It’s a few weeks now since I went to see Jordan Peele’s movie Us and I can’t get it out of my head. Like all good horror, it served to unsettle me on both a visceral level and through what it had to say. It kept coming back to me, layers of meaning unfolding and I honestly can’t think of another horror movie in recent years that has felt so satisfyingly complete.
Although I’ve read a lot of fascinating words about what this movie has to say about trauma, most powerful to me was its take on privilege (and class.) And I’m a sucker for anything that can speak intelligently about class. I kept asking myself about each of the choices in the film, and what they could mean, because every choice did seem to have meaning to me. Why did Red speak with that rasping, constricted voice? Because it is literally harder for those without privilege to have a voice, have a say, and to be heard. (And Red is only able to speak at all because of who she was originally.) Both son Jason and his counterpart Pluto love fire, but why is Pluto scarred when Jason isn’t? Because those with privilege can transcend their mistakes, their dalliances with danger, but those without privilege often carry the consequences of their mistakes with them for the rest of their lives, and danger is always more dangerous to those without. The escalator is always heading down, pushing those at the bottom back into their place, ensuring they cannot rise. Those born into poverty are like puppets, moving to the whims of those in power (literally dancing to their tune, as Red does.) Every aspect of their lives is dictated by people they cannot see, and everything done those in power as an affect on the ones at the bottom. As Red says at the end, the tethered seem so like their counterparts and yet worlds separate them.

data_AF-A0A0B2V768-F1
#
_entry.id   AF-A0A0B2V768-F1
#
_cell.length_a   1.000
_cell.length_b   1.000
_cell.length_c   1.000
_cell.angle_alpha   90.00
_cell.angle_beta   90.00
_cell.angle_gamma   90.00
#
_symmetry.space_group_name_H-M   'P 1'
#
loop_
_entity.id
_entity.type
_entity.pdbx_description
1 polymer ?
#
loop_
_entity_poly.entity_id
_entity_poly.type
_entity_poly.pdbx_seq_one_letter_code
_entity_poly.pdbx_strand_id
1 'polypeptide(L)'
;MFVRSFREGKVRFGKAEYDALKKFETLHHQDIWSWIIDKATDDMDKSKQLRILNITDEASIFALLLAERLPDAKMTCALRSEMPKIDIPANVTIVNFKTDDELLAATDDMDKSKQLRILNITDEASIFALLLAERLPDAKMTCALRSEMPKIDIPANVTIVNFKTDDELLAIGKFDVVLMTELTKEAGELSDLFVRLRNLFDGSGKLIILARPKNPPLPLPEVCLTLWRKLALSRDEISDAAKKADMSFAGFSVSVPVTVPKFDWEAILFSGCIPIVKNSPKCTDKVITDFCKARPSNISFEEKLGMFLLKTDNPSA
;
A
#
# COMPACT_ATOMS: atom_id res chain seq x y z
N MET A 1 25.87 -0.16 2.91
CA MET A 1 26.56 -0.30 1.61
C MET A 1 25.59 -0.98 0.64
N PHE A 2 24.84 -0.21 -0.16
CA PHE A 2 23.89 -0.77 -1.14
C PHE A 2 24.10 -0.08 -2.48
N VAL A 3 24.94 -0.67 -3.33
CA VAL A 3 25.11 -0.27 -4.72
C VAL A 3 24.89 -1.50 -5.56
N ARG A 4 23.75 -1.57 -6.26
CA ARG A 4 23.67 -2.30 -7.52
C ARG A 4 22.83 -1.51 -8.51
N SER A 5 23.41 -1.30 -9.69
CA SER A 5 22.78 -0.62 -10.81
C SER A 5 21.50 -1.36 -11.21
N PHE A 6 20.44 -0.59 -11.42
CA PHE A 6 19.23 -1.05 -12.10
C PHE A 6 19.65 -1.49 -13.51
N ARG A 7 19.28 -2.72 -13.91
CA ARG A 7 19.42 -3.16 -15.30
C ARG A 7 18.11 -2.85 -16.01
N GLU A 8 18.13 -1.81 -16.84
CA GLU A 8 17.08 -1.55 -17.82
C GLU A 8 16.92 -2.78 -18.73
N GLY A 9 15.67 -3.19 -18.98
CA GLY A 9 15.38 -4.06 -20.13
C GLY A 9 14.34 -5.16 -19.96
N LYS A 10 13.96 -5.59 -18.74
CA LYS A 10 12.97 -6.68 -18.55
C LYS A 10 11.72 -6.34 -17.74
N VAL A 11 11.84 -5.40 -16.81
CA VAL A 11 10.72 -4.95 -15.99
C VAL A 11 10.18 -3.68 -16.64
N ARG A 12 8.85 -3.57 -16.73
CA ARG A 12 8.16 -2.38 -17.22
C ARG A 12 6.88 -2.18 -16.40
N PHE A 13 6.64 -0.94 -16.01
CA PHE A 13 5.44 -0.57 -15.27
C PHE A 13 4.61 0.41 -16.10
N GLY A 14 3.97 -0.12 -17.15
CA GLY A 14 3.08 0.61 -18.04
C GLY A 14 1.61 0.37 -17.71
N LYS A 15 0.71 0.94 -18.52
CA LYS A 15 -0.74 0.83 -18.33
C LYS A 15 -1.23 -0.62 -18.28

It was heartbreaking, and terrifying, and that final image, of the chain of tethered holding hands across the countryside, will stay with me for a long time.